The Ultimate Firearms Destination for the Gun Lifestyle

3D Print Your Own Glock Pistol

The very first available 3D printed gun was a mere single shot .22LR, and it would cause a firestorm. The media outrage was palatable, and the creative minds started churning.

We’ve long predicted that the Generation 3 Glock would be the virtual open-source pistol, and hot damn– it certainly appears to be the case. Yesterday, free speech advocate and absolute gun nerd, @IvanTheTroll12 on Twitter released complete plans for a home printed Glock 17 receiver.


But we suppose there should be an asterisk included because the rails themselves you’ll [currently] have to form out of metal. However, Ivan has assured his Twitter crowd that it only requires simple hand tools, though as always a milling machine will make it cleaner and faster.


Here’s what we’re told you need:
‣3d printer with 200x200x200mm build area.
‣Scrap or junk aluminum. At least one block 1inx.75inx1in.
‣Complete Glock 17 upper.
‣Complete Glock 17 lower parts kit.
‣Glock 17 3 pin locking block.
‣Basic hand tools + dremel tool.
‣A desire to exercise your rights.

He even gives a recommendation for a printer that costs under $200, that can also be used to print AR receivers, the Creality Ender 3.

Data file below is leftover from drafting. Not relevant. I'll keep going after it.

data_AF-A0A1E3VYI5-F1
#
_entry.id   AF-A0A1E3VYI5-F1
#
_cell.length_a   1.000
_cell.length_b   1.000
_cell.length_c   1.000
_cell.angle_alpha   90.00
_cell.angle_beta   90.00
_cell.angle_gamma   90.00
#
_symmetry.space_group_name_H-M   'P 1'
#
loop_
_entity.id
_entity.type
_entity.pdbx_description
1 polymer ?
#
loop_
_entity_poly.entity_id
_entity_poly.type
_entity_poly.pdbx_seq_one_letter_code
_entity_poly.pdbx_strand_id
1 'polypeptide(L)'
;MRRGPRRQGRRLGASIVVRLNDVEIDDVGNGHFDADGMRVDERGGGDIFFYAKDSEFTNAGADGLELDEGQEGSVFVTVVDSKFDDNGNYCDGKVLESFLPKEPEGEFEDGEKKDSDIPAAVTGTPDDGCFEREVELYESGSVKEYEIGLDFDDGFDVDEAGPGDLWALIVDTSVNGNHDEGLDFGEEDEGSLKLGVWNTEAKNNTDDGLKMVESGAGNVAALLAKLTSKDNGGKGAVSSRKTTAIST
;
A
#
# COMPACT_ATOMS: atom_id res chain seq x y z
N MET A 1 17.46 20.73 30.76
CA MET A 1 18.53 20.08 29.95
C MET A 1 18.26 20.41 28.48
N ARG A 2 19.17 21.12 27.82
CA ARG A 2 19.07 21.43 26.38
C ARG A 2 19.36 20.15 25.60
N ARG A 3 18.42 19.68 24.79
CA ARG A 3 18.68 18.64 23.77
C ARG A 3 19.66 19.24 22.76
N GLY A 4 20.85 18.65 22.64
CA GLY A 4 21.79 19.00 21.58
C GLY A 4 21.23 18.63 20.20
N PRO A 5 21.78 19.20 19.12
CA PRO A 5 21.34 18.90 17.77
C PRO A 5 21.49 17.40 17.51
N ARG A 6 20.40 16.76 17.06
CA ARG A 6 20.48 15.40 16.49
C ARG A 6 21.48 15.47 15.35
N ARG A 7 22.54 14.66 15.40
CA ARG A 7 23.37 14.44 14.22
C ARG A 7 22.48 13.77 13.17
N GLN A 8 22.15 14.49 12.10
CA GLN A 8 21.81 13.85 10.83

The video for the release is pretty damn good too.

The notes from his ReadMe state the following:

This is the result of several months of experimentation in order to have a base Glock platform that the gun community can design around. This had been done before in .22lr and then I was contacted by FreeMenDontAsk via Twitter where he told me he had a method for making 9mm Glock pistols that worked well. Much of his original work was lost in a computer crash so we recreated his work.
The key to this project is the DIY-friendliness. Given the laws regulating the components of firearms, a Glock frame that is customizable is exactly what FOSSCAD needs.
The system relies on a DIY metal rail system which is added to a printed frame. This results in longevity of use, reliability and safety, all while keeping the costs and complexity to manufacture low.
The use of simple metal parts in combination with printed components holds a lot of potential for the future; FreeMenDontAsk is already working on other handgun models. Even outside of gun making, this could be useful for a wide array of printed projects.

Now, this write-up will be thorough so bear with us. This Readme is broken into four sections:
1. Tools and Parts List
2. The Rails
3. The Frame
4. Assembly
5. Troubleshooting

The difficultly level of this build varies with the user. We are good with tools and I’d say this build is not any harder than making an 80% lower for an AR-15. As time goes on the gun community with gain a better understanding for this design.

So why do this instead of building up a Polymer80 frame? For the same reason you want to build up from a Polymer80 frame–Because You Can.


By design, the plans for this Glock receiver are all over the place. Currently, you can download a set yourself from Mega (unless you happen to be in New Zealand at the moment) here.

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